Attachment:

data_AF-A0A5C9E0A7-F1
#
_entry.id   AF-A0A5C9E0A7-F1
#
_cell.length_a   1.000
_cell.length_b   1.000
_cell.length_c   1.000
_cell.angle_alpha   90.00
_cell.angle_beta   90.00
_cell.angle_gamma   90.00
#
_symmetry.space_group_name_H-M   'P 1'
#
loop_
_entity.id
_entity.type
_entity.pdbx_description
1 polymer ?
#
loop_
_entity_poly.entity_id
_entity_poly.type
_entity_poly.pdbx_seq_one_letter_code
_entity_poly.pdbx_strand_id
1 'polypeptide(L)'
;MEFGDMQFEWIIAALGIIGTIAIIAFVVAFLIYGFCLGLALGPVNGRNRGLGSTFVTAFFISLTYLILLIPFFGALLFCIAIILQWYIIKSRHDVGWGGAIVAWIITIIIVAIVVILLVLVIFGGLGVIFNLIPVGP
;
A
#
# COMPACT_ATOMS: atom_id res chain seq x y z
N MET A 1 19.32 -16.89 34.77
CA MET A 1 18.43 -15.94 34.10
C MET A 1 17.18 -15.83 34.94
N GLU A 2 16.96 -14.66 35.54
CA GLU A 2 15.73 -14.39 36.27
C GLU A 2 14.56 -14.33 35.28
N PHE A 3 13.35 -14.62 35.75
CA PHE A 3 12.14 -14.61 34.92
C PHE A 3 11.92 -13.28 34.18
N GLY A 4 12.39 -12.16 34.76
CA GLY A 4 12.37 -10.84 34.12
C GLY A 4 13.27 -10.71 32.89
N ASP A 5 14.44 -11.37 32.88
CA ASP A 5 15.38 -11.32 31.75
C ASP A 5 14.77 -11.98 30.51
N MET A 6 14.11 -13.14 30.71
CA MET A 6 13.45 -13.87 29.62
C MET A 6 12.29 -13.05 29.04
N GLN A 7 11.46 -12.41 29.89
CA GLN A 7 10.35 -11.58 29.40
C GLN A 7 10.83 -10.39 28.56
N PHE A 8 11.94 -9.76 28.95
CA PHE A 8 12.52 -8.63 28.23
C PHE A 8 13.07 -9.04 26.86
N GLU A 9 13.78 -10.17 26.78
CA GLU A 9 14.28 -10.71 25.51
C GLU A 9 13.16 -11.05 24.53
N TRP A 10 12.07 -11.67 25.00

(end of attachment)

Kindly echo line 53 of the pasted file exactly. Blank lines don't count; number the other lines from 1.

CA PHE A 8 12.52 -8.63 28.23